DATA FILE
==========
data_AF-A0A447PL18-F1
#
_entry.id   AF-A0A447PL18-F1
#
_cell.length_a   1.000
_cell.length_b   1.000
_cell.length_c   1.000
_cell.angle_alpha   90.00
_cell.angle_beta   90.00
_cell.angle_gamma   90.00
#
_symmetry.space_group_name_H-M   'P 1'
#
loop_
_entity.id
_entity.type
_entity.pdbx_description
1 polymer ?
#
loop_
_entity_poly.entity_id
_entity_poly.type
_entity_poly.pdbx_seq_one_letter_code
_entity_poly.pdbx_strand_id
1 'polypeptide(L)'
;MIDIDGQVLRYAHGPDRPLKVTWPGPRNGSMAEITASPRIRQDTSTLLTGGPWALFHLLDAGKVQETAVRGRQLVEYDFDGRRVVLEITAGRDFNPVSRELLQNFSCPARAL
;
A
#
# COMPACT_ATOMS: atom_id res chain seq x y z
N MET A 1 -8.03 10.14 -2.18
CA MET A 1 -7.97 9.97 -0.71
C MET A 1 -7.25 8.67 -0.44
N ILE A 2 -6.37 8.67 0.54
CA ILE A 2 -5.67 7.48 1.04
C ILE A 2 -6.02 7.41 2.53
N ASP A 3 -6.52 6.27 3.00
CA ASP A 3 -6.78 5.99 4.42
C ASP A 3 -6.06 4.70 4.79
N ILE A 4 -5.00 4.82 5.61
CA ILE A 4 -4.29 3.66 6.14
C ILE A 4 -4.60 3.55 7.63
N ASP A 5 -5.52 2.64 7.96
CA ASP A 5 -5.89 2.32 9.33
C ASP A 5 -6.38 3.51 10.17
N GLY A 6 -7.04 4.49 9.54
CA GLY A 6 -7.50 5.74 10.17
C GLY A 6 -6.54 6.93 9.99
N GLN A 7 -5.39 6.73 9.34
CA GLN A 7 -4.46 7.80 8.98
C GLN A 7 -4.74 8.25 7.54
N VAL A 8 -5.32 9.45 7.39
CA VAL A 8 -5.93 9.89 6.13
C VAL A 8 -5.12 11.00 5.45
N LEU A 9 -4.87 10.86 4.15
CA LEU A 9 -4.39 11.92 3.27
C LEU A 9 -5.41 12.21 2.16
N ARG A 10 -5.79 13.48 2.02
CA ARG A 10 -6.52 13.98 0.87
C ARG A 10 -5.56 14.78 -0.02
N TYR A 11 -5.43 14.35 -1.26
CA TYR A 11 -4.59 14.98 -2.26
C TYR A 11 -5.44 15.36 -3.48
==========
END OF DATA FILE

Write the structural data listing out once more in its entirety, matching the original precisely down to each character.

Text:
data_AF-A0A447PL18-F1
#
_entry.id   AF-A0A447PL18-F1
#
_cell.length_a   1.000
_cell.length_b   1.000
_cell.length_c   1.000
_cell.angle_alpha   90.00
_cell.angle_beta   90.00
_cell.angle_gamma   90.00
#
_symmetry.space_group_name_H-M   'P 1'
#
loop_
_entity.id
_entity.type
_entity.pdbx_description
1 polymer ?
#
loop_
_entity_poly.entity_id
_entity_poly.type
_entity_poly.pdbx_seq_one_letter_code
_entity_poly.pdbx_strand_id
1 'polypeptide(L)'
;MIDIDGQVLRYAHGPDRPLKVTWPGPRNGSMAEITASPRIRQDTSTLLTGGPWALFHLLDAGKVQETAVRGRQLVEYDFDGRRVVLEITAGRDFNPVSRELLQNFSCPARAL
;
A
#
# COMPACT_ATOMS: atom_id res chain seq x y z
N MET A 1 -8.03 10.14 -2.18
CA MET A 1 -7.97 9.97 -0.71
C MET A 1 -7.25 8.67 -0.44
N ILE A 2 -6.37 8.67 0.54
CA ILE A 2 -5.67 7.48 1.04
C ILE A 2 -6.02 7.41 2.53
N ASP A 3 -6.52 6.27 3.00
CA ASP A 3 -6.78 5.99 4.42
C ASP A 3 -6.06 4.70 4.79
N ILE A 4 -5.00 4.82 5.61
CA ILE A 4 -4.29 3.66 6.14
C ILE A 4 -4.60 3.55 7.63
N ASP A 5 -5.52 2.64 7.96
CA ASP A 5 -5.89 2.32 9.33
C ASP A 5 -6.38 3.51 10.17
N GLY A 6 -7.04 4.49 9.54
CA GLY A 6 -7.50 5.74 10.17
C GLY A 6 -6.54 6.93 9.99
N GLN A 7 -5.39 6.73 9.34
CA GLN A 7 -4.46 7.80 8.98
C GLN A 7 -4.74 8.25 7.54
N VAL A 8 -5.32 9.45 7.39
CA VAL A 8 -5.93 9.89 6.13
C VAL A 8 -5.12 11.00 5.45
N LEU A 9 -4.87 10.86 4.15
CA LEU A 9 -4.39 11.92 3.27
C LEU A 9 -5.41 12.21 2.16
N ARG A 10 -5.79 13.48 2.02
CA ARG A 10 -6.52 13.98 0.87
C ARG A 10 -5.56 14.78 -0.02
N TYR A 11 -5.43 14.35 -1.26
CA TYR A 11 -4.59 14.98 -2.26
C TYR A 11 -5.44 15.36 -3.48